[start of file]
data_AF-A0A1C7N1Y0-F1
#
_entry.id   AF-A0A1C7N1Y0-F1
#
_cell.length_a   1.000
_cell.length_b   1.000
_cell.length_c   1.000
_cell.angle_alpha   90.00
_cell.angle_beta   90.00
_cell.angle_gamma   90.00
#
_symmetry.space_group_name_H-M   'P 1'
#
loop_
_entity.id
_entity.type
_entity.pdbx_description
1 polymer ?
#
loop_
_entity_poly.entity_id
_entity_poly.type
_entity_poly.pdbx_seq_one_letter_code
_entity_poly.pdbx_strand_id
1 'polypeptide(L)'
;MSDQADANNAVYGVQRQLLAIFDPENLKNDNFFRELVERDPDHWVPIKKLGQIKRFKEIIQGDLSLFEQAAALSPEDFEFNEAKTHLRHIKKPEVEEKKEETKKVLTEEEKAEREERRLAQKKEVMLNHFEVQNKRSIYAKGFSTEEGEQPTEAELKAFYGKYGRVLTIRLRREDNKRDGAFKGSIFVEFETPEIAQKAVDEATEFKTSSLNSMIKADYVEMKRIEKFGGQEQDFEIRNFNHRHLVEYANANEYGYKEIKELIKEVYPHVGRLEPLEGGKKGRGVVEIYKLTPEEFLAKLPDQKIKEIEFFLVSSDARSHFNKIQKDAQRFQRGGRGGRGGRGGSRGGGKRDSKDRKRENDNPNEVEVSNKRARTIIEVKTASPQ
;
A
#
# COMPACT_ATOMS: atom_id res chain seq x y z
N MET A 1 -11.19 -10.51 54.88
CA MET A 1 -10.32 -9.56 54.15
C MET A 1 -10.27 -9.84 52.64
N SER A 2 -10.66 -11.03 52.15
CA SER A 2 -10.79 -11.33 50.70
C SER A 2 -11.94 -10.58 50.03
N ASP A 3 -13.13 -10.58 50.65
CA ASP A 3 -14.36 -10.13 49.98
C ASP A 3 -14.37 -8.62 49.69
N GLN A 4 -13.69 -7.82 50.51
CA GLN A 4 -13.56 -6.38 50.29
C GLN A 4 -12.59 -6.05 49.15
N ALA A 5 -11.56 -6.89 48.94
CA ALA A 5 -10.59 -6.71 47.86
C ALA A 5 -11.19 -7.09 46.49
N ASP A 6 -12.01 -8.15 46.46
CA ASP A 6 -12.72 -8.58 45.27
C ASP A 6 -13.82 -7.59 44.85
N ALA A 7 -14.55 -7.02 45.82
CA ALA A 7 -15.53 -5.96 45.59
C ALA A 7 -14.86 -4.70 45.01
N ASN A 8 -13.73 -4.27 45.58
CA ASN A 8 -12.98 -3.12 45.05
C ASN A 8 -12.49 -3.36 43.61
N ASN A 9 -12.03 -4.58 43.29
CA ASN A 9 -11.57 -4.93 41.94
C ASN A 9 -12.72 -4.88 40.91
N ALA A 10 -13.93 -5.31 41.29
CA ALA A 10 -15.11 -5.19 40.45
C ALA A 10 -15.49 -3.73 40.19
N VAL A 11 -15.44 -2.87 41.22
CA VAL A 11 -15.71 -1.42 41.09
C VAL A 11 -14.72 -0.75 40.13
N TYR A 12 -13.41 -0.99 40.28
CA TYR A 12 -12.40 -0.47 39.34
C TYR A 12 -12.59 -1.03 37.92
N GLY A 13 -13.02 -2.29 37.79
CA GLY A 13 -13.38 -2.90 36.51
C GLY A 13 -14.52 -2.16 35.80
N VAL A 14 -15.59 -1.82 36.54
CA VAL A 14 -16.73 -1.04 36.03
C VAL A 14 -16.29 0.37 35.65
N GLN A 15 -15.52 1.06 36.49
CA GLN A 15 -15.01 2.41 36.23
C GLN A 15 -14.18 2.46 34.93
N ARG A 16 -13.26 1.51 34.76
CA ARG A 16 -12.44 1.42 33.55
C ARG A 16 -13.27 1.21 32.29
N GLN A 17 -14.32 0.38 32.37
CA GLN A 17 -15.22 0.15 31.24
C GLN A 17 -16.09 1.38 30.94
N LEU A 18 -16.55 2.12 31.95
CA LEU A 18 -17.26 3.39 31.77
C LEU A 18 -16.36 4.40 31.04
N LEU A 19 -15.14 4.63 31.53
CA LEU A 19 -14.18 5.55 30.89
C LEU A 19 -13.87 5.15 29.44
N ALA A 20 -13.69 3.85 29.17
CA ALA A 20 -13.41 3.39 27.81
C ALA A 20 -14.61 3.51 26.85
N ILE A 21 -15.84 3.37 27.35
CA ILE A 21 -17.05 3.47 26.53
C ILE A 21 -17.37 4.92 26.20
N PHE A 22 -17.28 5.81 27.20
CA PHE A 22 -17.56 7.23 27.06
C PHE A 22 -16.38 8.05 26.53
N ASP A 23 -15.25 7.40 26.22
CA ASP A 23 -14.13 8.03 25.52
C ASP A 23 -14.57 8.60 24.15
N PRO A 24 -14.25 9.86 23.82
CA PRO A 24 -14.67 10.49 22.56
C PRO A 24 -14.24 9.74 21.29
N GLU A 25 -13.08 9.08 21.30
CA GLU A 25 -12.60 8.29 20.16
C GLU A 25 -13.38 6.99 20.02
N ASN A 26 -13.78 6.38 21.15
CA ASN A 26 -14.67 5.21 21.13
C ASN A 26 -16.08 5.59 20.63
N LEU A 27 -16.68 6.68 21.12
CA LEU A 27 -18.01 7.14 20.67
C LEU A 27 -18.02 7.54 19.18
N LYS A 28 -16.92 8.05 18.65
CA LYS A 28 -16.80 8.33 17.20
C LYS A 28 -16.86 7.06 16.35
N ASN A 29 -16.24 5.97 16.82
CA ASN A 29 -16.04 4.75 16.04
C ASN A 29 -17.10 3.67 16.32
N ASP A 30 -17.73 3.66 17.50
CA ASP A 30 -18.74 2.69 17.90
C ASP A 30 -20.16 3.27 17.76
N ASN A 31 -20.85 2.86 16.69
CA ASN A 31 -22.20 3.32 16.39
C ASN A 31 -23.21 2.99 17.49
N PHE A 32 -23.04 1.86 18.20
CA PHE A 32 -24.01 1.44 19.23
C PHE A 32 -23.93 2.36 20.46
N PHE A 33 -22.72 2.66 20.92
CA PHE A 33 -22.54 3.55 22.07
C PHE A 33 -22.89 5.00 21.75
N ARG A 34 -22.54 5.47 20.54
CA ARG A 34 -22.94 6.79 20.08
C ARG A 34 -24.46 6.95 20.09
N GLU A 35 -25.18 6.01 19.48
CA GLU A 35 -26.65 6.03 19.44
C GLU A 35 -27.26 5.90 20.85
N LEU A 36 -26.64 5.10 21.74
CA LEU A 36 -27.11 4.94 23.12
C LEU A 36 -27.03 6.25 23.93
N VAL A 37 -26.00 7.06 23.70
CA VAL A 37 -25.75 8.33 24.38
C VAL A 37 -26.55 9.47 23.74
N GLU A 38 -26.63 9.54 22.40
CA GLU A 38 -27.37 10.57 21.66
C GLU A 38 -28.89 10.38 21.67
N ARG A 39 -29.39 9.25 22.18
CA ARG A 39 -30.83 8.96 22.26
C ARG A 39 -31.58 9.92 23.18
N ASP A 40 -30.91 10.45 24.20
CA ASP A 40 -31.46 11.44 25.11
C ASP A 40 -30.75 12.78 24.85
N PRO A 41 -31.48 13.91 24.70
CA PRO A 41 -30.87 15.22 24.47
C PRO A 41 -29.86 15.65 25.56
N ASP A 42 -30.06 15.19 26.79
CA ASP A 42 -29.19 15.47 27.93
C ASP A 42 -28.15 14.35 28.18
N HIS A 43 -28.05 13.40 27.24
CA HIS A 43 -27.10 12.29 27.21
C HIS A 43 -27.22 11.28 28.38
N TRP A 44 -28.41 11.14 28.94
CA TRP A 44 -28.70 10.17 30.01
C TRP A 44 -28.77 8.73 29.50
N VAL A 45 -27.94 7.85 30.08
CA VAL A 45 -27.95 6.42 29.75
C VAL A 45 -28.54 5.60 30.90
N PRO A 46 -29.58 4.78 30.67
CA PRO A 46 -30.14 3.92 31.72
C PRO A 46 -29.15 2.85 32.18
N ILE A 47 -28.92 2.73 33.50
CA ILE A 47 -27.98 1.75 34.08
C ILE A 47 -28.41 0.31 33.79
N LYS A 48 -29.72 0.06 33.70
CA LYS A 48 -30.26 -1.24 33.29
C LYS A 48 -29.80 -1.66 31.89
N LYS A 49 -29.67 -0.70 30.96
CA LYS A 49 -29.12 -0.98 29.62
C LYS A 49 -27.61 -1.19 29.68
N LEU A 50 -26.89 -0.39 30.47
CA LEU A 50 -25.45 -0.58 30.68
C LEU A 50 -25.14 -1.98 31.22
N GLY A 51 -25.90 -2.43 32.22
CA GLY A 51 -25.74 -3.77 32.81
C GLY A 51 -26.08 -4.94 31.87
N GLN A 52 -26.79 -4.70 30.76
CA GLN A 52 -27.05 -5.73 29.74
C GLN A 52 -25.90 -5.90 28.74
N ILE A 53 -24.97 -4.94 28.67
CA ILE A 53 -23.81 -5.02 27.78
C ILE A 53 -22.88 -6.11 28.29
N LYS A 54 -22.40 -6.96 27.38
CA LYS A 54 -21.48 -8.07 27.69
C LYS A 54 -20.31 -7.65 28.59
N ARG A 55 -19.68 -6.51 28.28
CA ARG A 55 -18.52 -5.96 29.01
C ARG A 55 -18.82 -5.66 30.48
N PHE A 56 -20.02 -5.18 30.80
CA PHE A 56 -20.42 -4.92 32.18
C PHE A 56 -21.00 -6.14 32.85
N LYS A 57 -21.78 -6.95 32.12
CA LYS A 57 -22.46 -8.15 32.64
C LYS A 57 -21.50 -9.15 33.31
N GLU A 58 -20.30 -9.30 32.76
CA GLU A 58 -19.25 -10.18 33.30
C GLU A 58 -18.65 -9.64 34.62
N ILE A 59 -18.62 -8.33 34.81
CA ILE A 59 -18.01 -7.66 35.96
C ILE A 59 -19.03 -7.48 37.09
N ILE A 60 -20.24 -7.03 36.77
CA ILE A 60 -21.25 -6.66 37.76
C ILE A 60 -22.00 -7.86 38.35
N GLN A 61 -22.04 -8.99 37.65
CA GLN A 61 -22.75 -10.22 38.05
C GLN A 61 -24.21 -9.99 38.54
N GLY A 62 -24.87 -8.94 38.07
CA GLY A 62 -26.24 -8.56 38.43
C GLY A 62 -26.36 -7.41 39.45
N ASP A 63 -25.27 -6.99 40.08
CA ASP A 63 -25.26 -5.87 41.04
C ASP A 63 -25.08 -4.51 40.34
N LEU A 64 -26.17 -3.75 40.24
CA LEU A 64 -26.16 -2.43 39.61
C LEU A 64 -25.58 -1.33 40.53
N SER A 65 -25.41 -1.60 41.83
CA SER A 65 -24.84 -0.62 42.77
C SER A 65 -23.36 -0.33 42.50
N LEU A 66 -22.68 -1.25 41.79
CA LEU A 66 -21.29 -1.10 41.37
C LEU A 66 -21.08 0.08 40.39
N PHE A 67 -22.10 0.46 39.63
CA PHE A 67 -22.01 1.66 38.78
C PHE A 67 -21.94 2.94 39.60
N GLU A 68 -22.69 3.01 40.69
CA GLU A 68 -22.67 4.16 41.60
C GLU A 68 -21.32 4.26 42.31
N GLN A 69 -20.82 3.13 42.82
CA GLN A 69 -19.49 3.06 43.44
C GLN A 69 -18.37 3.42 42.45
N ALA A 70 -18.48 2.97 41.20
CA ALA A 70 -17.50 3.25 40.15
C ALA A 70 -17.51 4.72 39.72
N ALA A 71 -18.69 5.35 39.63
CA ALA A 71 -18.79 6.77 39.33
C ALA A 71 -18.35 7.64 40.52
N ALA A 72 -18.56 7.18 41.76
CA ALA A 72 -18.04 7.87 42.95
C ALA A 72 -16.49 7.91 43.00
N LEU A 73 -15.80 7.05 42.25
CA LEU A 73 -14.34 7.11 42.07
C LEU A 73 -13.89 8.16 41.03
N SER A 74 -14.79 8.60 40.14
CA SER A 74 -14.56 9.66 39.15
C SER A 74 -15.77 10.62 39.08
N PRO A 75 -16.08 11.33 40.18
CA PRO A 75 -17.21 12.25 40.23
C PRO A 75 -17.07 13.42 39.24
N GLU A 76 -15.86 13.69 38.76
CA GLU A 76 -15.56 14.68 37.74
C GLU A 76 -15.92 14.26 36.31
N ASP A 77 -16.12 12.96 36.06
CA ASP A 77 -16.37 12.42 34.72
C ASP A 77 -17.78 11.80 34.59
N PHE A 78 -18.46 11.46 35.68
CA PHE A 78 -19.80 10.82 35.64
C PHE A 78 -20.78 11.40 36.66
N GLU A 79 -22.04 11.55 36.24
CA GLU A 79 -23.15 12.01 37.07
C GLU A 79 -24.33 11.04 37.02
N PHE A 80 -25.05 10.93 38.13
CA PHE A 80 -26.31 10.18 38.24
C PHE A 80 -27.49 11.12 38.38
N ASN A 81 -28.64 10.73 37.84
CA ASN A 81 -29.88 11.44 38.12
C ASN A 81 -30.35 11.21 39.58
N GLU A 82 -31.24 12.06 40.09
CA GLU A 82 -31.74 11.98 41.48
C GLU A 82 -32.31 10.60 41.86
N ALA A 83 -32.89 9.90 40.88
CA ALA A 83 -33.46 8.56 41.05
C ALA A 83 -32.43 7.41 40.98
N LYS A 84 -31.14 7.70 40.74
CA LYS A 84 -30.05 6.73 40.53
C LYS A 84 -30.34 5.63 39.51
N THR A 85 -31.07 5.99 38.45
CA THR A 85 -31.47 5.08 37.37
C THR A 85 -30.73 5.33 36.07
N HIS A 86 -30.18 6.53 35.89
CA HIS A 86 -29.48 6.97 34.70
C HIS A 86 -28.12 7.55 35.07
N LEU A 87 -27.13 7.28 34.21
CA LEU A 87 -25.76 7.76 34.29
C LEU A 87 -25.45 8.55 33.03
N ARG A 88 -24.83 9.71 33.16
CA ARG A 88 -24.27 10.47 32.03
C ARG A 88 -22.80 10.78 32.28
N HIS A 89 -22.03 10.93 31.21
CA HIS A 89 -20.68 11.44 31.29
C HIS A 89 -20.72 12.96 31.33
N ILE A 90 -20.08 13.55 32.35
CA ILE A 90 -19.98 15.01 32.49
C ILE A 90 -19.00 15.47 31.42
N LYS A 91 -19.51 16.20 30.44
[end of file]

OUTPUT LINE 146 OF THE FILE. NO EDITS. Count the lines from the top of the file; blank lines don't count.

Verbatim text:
CA ARG A 39 -30.83 8.96 22.26